Former ‘ice’ user Shana Miller, the Member for Page, Kevin Hogan, North Coast Primary Health Network chief executive, Dr Vahid Saberi, and Senator Fiona Nash, the Minister for Rural Health.

While alcohol is known to cause society the most harm, the conspicuous behavior of crystal methamphetamine, a.k.a. Ice, users has earned this drug a reputation as public enemy No. 1.

Users are known to become quickly addicted, and when high on the drug can be fearlessly violent, becoming the scourge of police, hospital emergency departments and any members of the public unlucky enough to encounter them.

Ice is increasingly being targeted by authorities, not least on the North Coast where a Taskforce Forum was held a year ago to discuss what should be done.

Valued supporters of UCRH Medical Education Program:- Local Clinicians, General Practitioners and UCRH Academic and administrative staff come together for the medical student farewell dinner.

The University Centre for Rural Health, Lismore held a student farewell dinner evening Friday May 6th for the departing cohorts of Western Sydney University and University of Wollongong medical students.

The students have been living in the local community for the past 12 months and have undertaken  clinical training and education programs on rural and remote public health and multi disciplinary  teamwork .

The students are guided and supported by academic leads within the University Centre for Rural Health and their preceptors across General Practices and Hospital specialities .

Celebrating the official opening of the new Byron Central Hospital on 9 May were (l-r), Ben Franklin, MLC and Northern Rivers resident, Mental Health Minister Pru Goward, former MP for Ballina Don Page, Health Minister Jillian Skinner, State MP for Clarence/Parliamentary Secretary for the North Coast Chris Gulaptis, recently appointed Northern NSW LHD Chief Executive Wayne Jones, and Executive Director of Tweed Byron Health Service Group, Bernadette Loughnane.

 Two NSW ministers came north this week to open the $88M Byron Central Hospital, a facility poised to replace the acute services long provided at Mullumbimby and Byron Bay hospitals, and community health services, including community nursing, at Bangalow, Brunswick Heads and Ocean Shores.

Being housed under the same roof as hospital services, including the 14-bay ED and up to 43 in-patient beds, will enable ambulatory care professionals to liaise more readily with medical staff.

The 20 bed sub-acute mental health unit will “support step-up and step-down services, ensuring people can live well in the community,” Minister Goward said.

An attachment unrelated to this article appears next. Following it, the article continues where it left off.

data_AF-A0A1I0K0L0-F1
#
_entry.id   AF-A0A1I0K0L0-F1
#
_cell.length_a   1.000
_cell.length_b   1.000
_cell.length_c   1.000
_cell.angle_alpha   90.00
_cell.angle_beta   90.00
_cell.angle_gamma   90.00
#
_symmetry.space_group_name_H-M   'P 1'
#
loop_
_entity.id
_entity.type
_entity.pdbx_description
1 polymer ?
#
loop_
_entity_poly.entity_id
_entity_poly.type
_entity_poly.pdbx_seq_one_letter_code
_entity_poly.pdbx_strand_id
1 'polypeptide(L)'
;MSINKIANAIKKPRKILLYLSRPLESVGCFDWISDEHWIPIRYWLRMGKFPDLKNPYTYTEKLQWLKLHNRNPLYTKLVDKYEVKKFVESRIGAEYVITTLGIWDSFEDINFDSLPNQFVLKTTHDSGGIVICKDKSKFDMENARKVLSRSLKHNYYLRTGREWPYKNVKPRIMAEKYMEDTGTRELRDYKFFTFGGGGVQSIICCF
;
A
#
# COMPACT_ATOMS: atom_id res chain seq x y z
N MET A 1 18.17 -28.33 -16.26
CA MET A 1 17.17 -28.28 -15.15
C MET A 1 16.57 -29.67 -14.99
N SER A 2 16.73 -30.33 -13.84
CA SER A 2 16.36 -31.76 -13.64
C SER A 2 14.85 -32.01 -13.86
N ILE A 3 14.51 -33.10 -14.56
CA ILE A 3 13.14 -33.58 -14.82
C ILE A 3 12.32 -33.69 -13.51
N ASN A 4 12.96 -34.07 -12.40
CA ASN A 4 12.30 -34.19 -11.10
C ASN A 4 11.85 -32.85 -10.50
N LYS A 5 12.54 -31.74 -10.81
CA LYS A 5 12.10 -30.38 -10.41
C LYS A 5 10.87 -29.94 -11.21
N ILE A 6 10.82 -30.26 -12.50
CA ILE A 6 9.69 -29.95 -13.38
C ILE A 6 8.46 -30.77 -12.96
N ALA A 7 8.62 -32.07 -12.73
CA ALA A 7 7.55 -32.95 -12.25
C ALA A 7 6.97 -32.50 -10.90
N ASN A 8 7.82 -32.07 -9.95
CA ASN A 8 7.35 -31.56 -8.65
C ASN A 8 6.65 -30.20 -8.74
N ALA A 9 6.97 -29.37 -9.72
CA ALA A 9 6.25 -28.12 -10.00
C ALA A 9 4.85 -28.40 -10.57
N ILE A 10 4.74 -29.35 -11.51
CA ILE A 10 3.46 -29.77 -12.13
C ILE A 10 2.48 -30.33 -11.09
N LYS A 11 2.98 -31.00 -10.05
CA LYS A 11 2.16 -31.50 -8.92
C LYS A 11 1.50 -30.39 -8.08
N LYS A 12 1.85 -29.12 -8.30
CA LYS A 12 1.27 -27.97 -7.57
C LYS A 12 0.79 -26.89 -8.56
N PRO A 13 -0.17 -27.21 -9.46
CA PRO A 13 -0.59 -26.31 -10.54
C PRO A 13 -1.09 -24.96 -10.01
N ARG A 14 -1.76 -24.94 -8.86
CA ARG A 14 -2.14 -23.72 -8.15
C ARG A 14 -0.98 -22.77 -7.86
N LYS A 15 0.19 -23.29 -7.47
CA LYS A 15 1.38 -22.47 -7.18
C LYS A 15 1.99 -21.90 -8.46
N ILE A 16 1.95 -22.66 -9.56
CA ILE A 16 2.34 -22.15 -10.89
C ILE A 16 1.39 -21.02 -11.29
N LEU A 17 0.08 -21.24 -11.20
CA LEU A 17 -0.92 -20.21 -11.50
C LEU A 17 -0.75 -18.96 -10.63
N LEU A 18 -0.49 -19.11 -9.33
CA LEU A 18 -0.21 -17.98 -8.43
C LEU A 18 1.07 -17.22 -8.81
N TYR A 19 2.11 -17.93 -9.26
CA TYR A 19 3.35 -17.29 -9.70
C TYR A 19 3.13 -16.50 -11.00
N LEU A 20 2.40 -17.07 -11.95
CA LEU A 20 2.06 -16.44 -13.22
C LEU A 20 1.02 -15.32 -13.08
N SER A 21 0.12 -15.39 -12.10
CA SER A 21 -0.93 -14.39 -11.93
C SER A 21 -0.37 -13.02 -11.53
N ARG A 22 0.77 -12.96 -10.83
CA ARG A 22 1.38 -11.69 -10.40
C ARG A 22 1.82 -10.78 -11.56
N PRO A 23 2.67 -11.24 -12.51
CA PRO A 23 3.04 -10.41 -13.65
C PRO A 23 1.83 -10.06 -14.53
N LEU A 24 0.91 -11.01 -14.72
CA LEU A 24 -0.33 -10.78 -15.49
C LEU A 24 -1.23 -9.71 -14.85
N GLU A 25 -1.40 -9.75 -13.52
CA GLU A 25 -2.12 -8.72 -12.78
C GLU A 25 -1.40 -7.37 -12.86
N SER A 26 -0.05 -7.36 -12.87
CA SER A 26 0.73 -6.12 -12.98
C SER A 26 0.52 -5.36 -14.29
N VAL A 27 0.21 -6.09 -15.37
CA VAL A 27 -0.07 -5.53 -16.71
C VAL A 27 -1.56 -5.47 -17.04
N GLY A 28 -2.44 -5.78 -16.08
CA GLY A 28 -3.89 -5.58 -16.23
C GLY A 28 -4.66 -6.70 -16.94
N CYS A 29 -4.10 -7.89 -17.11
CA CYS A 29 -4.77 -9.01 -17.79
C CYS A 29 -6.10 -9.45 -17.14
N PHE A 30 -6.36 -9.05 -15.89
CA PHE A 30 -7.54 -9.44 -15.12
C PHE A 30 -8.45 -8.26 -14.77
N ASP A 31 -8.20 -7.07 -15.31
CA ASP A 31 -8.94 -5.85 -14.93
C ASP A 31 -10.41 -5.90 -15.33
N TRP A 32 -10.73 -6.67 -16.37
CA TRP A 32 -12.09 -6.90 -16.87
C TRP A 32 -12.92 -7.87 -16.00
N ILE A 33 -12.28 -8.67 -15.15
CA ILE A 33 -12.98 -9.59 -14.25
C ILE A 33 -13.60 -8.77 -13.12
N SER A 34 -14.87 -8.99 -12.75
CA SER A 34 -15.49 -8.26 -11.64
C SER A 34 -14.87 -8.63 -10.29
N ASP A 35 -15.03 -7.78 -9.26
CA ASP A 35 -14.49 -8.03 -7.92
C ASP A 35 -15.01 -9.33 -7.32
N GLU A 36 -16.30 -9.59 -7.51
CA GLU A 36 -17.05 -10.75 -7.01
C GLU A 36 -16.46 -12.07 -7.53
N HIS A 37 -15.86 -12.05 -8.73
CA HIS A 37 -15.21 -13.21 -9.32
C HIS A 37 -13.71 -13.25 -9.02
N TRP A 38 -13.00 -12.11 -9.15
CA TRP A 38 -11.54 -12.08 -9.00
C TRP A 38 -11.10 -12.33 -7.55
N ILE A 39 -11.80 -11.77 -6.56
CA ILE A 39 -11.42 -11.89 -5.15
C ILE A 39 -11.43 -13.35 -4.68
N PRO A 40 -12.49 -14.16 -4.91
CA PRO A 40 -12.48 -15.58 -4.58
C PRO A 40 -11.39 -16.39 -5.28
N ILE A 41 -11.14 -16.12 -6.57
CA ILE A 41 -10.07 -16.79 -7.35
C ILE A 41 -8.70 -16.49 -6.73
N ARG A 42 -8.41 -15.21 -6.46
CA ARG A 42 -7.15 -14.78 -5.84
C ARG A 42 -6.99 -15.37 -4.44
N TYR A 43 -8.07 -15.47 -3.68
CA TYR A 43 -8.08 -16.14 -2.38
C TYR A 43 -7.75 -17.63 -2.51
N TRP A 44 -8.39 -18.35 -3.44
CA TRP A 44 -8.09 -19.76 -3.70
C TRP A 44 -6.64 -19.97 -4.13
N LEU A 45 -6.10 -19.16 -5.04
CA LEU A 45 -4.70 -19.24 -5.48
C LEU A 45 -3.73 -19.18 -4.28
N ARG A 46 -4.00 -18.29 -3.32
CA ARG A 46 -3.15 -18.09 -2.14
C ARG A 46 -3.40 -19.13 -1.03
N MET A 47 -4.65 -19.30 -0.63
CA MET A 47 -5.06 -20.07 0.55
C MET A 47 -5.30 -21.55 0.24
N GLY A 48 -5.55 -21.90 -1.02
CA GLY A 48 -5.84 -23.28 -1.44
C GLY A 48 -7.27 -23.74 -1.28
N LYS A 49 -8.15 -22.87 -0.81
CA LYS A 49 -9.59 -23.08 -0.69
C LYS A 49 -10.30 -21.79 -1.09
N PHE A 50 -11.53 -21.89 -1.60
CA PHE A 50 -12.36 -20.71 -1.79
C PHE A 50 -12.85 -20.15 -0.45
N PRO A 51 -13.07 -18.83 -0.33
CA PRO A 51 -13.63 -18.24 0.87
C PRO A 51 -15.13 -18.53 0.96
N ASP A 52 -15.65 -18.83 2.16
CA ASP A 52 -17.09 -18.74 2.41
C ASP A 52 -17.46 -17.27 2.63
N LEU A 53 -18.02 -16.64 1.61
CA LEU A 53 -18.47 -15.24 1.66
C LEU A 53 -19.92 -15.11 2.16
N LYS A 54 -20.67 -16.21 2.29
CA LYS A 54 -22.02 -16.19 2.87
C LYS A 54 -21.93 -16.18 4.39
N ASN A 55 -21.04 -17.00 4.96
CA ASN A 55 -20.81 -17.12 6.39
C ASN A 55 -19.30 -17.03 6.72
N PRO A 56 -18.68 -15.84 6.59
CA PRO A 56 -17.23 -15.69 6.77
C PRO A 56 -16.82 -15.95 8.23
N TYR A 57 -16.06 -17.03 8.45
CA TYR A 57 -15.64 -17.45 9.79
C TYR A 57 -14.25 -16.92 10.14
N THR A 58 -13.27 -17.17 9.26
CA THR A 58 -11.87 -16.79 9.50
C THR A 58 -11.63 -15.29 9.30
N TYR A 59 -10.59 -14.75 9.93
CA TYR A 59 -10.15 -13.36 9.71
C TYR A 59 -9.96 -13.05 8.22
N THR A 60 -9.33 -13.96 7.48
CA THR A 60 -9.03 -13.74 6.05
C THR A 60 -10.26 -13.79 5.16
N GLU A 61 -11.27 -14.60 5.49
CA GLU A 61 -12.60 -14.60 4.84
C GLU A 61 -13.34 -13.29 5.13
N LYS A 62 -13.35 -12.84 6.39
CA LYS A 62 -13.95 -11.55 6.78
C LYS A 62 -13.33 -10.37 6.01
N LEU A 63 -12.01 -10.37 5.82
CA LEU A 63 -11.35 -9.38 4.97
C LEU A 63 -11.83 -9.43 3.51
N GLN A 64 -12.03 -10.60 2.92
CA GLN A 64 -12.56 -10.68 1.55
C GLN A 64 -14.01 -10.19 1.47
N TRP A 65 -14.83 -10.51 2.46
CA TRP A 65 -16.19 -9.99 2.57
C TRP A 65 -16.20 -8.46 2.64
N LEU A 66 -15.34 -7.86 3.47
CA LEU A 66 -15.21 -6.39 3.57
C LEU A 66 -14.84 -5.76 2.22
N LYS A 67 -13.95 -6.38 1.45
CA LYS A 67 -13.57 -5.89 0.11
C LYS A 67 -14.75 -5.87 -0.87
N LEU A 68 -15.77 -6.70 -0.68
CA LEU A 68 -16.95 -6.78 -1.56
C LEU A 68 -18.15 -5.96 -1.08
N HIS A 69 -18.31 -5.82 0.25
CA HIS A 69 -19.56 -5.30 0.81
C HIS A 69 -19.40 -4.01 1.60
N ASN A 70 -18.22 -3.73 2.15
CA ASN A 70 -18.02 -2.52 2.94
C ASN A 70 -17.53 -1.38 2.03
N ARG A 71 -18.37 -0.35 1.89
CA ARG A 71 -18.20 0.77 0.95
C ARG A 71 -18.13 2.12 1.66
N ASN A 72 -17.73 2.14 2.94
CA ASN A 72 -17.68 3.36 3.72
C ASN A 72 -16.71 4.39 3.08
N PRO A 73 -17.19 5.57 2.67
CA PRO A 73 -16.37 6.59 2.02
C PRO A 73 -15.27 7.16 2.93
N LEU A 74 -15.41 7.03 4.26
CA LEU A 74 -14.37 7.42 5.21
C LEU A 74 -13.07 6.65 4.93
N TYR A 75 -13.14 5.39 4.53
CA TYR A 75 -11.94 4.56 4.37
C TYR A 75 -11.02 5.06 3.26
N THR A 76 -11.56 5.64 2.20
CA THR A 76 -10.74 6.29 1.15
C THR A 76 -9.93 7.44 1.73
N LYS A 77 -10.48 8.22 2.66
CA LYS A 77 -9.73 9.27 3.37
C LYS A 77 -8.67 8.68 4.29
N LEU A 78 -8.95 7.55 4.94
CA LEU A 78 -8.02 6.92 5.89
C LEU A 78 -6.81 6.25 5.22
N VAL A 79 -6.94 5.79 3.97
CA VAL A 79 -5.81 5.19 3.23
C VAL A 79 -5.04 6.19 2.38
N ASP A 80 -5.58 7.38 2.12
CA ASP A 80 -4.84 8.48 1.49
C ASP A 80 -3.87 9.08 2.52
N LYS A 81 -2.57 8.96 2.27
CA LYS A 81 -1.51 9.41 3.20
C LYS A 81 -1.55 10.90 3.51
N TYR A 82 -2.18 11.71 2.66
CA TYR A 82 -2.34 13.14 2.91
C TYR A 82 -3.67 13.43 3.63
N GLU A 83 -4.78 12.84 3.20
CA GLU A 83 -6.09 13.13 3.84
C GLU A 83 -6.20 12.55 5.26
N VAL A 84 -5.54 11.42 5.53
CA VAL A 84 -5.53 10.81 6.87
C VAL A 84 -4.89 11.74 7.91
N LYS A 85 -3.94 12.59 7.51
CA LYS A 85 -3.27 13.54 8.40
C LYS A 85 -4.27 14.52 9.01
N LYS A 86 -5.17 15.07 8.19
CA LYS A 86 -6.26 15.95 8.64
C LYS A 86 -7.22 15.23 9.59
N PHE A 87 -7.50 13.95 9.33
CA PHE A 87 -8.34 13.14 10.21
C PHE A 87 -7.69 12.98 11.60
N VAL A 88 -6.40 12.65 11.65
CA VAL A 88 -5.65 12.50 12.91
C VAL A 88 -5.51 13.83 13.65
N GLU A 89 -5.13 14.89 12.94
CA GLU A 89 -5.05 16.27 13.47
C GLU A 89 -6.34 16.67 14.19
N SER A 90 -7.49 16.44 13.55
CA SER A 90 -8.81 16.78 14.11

Volunteers Joy Hall and Philip Penwright, with Social Inclusion worker, Jessica McDonald.

Staying engaged with society is a vital factor in personal wellbeing, especially for retirees. As Robin Osborne finds, local volunteers are deriving great benefits from the help they provide others.

“There’s no doubt volunteer work makes you feel younger”, says Joy Hall who grew up around Lismore and for the past 36 years has been donating significant chunks of her time to helping local people in need.

Meals on Wheels is her current volunteering focus - the sprightly octogenerian helps with home deliveries and serves on the organisation’s committee.

Her view is shared by Philip Penwright, one of around 20 volunteers at the Northern Rivers Community Gateway, which coordinates community support and information resources in the area. Volunteering Northern Rivers is one of the groups under its umbrella.

The Commonwealth-backed coordinator of the region’s primary health care has launched a North Coast-wide search for innovative and high-performing projects in out-of-hospital care.

Entries will be reviewed by an expert panel, with finalists and winners to be announced at an Awards dinner at Coffs Harbour in September.

The North Coast Primary Health Network’s inaugural Primary Health Care Excellence Awards are designed to showcase the work of health care professionals such as GPs, allied health practitioners, community health workers and social services.

Project submissions will “honour the partnerships, teams and individuals who are working tirelessly to keep the people in our communities healthy and out of hospital,” said NCPHN’s Chief Executive, Dr Vahid Saberi.

“The Awards will provide an opportunity to showcase the considerable unseen efforts that contribute to improvements to health care provided outside of hospitals,” he added.